Internet Advantages

While global connectivity is rapidly expanding and empowering billions of individuals around the world, ITU data shows that more than half of the global population remain cut off from the vast resources available on the internet. Access to information and communication technologies can help facilitate the United Nations’ Sustainable Development Goals (SDGs), especially in rural areas. Access to the internet allows citizens to access basic services such as education and health care and is helping to lift people out of poverty through e-commerce and job growth. Nowhere else is this more pertinent than in rural and remote areas. In 2016, Thailand had more than 29 million internet users or 42.7 percent of the total population, which puts the country in the 24th place in the worldwide ranking of internet users.

Thai People Map and Analytics Platform

In 2018, the Office of National Economic and Social Development Board (NESSB), the National Electronics and Computer Technology Centre (NECTEC), the National Science and Technology Development Agency (NSTDA) and the Ministry of Science and Technologies joined up to help alleviate poverty in Thailand. The NECTEC center developed the Thai People Map and Analytics Platform (TPMAP) to pinpoint the problems people are facing in Thailand in different areas. Policymakers can use TPMAP to decide on which poverty programmes are suitable for each poverty-stricken area specifically. The data system TPMAP collects can help improve the quality of people’s life by increasing income, boosting employment opportunities and reducing living costs.

Suttipong Thajchayapong, a senior researcher at NECTEC, said that to understand poverty in Thailand, the three questions of who are the poor, what are their basic needs and how can their poverty be alleviated need to be answered. TPMAP can precisely answer these questions by integrating data from different government agencies. It can also compare individual indicators year to year to see if poverty is reducing. TPMAP uses five poverty benchmarks to determine levels of poverty. These benchmarks include education, healthcare, income, living standards and access to public services. The total number of people surveyed this year was 36,647,817 people and out of this number, 1,032,987 were targeted as poor people, according to TPMAP.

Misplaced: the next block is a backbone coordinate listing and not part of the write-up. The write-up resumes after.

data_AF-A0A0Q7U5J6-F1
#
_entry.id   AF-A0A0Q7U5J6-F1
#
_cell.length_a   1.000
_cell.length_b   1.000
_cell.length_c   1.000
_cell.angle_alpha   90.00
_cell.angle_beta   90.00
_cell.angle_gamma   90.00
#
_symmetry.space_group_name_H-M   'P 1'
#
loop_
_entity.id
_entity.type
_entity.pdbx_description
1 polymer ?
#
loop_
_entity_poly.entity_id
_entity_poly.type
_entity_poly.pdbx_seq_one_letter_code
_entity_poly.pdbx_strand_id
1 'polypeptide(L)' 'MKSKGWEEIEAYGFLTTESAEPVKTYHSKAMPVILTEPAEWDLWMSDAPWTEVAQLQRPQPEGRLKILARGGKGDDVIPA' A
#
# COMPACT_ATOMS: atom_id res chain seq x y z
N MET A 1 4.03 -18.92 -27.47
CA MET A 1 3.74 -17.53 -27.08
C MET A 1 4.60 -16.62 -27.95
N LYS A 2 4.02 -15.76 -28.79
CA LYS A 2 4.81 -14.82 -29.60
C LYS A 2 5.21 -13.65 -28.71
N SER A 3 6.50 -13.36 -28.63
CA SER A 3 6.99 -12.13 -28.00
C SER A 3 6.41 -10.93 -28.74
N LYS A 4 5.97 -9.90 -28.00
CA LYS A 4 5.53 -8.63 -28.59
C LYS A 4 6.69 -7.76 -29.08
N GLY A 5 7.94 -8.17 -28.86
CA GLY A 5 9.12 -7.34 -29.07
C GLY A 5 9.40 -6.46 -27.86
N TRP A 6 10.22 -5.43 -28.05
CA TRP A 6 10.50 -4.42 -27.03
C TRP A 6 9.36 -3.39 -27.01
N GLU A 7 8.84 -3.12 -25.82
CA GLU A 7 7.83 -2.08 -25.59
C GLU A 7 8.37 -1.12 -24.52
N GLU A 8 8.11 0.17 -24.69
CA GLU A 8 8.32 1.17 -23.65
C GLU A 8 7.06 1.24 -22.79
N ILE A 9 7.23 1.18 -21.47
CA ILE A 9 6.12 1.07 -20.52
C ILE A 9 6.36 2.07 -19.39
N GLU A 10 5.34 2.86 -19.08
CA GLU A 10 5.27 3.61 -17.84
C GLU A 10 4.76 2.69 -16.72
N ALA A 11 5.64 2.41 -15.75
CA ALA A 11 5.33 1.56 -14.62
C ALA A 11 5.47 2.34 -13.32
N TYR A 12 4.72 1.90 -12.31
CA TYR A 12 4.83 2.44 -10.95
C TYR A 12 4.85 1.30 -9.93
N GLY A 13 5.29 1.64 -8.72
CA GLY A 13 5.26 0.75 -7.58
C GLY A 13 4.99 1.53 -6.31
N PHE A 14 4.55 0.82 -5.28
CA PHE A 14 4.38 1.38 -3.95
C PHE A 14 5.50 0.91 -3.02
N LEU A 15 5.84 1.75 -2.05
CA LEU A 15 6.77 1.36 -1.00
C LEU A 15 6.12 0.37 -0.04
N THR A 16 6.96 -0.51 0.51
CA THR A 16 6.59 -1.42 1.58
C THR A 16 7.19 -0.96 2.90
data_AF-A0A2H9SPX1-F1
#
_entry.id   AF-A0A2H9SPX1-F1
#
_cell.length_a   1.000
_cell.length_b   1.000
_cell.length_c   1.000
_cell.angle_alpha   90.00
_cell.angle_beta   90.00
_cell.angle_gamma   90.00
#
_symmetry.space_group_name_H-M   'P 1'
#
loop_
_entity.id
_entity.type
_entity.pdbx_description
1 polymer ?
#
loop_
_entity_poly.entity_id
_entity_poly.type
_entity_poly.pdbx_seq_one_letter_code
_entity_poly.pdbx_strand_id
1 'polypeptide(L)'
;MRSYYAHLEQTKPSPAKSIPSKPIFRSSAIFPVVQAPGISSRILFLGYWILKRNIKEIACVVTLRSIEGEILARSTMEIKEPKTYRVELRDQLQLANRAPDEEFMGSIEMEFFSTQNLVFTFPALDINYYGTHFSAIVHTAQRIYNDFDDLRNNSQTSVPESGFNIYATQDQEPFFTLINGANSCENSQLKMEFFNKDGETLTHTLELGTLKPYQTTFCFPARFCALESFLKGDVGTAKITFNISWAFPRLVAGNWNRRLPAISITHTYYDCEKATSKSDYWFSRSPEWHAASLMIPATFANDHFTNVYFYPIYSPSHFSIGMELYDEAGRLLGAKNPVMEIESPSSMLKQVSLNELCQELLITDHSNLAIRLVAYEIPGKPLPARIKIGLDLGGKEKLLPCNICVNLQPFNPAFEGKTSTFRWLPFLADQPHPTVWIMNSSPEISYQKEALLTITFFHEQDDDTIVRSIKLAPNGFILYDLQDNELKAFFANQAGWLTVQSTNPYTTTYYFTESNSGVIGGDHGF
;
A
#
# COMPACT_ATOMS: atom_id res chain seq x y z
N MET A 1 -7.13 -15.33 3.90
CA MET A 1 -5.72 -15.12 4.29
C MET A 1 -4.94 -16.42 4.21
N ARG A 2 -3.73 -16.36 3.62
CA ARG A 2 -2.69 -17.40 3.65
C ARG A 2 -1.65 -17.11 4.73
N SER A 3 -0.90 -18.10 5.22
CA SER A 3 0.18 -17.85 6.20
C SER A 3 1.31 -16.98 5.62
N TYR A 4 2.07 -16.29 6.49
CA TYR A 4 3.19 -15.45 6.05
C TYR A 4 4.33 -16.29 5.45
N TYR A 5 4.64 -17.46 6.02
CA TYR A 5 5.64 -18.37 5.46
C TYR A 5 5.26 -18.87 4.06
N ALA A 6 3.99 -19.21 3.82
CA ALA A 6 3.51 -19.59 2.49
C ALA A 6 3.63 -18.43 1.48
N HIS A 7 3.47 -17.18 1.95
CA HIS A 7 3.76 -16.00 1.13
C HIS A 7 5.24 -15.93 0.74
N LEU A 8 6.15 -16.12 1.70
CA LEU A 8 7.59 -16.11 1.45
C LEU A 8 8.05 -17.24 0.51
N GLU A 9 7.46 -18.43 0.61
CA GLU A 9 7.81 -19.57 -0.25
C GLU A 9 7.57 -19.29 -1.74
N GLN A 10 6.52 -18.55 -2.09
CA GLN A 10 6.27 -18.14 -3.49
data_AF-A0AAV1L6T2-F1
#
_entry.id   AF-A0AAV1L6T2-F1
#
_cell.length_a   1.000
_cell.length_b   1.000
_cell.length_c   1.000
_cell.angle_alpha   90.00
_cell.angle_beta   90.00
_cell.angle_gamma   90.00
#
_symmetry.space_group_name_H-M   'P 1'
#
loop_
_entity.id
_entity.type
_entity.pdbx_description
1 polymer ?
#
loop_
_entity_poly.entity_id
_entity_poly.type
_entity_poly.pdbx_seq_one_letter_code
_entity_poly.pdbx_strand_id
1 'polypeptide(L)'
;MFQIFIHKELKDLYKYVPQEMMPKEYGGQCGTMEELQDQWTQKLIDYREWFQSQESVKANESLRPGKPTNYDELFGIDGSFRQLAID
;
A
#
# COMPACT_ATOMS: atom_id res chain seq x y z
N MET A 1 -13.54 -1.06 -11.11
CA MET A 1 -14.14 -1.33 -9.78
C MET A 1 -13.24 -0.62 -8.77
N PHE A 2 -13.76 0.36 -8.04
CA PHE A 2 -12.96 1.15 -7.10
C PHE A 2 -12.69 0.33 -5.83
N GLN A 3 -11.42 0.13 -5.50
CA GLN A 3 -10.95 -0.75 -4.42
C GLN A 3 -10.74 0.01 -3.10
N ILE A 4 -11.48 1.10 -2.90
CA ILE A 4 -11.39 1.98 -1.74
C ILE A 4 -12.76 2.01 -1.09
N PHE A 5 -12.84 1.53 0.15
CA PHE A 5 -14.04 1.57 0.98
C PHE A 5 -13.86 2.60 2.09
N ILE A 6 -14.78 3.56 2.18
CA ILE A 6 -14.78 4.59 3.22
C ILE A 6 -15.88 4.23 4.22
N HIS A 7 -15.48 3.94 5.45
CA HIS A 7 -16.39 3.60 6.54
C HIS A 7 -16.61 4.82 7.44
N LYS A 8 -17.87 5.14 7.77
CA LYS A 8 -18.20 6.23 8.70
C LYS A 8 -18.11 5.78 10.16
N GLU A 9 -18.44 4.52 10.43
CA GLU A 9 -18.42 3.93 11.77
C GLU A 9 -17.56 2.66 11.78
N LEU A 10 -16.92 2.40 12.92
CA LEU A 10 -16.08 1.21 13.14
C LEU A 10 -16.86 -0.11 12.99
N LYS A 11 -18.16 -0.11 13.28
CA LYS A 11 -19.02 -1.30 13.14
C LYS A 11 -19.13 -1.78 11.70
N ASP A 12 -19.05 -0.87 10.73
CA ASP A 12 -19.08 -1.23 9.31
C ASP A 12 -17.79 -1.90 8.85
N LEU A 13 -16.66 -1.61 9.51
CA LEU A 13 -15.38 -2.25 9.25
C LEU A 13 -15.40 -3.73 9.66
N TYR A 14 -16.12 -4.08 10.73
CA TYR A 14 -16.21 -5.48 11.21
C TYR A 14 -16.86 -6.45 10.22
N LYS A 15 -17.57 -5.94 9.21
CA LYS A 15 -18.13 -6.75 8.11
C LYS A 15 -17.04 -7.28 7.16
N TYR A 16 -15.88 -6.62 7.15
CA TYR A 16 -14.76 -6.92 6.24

Establishing internet connections as well as various platforms such as TMPAP are examples of how technology is reducing poverty in Thailand. If Thailand continues to implement programs utilizing technology, people living in poverty will have more access to basic services. The country has implemented multiple programs that have addressed the issue of reducing poverty in Thailand. Utilizing technology is crucial for helping people living in poverty to access basic services.

Casey Geier
Photo: Flickr

Mobile Banking in ThailandAs internet access becomes more relevant, new markets and business sectors such as information technology, finance, banking, and telecommunications are developing. This can expand opportunities for rural areas that were once outside the scope of urban centers to take advantage of mobile banking and empower formerly marginalized communities. With the help of the internet, everyone can join the development world with minimum requirements. For this reason, mobile banking in Thailand is currently more prevalent than ever.

Often in developing countries, banks and telecommunication infrastructure are scarce, while mobile phones are found in spades. This interesting dichotomy has led to the proliferation of mobile money and banking, which allows money to be transferred, deposited, and converted back into cash using only a mobile phone to do it.

Mobile Banking in Thailand on the Rise

According to the World Bank, as of 2016, Thailand’s rural population was 48.46%. With recent developments in mobile banking in Thailand, roughly 50% of the population will have increased opportunities to pay bills, conduct money transfers, and make everyday purchases electronically.

The role credits and loans have in the growth of developing countries’ economies cannot be overstated. Increased loan access is essential for allowing farmers, businesses, and consumers as well to utilize investment capital and help expand economic activity. As mobile banking in Thailand proliferates throughout the financial sector, it offers increased access to loans.

This past year (2017), Thailand has seen incredible growth in the mobile banking sector. The Bank of Thailand recently published data that illustrates a surge in the use of mobile internet banking in Thailand. Consumers’ increasing preference for digital transactions highlights the success of banks’ pivot toward more digital strategies.

The Benefits of Mobile Banking in Thailand

As Thailand continues to cement the transition to mobile banking, rises in employment, wages, GDP and productivity are expected. Consumers can expect to receive THB 3.3 billion in annual benefits, while businesses will see up to THB 72.9 in annual net benefits. Employment will rise by 1.6% and wages by 0.2%. THB is an abbreviation for Thailand Baht. In comparison, 1 USD equals 32.82 THB.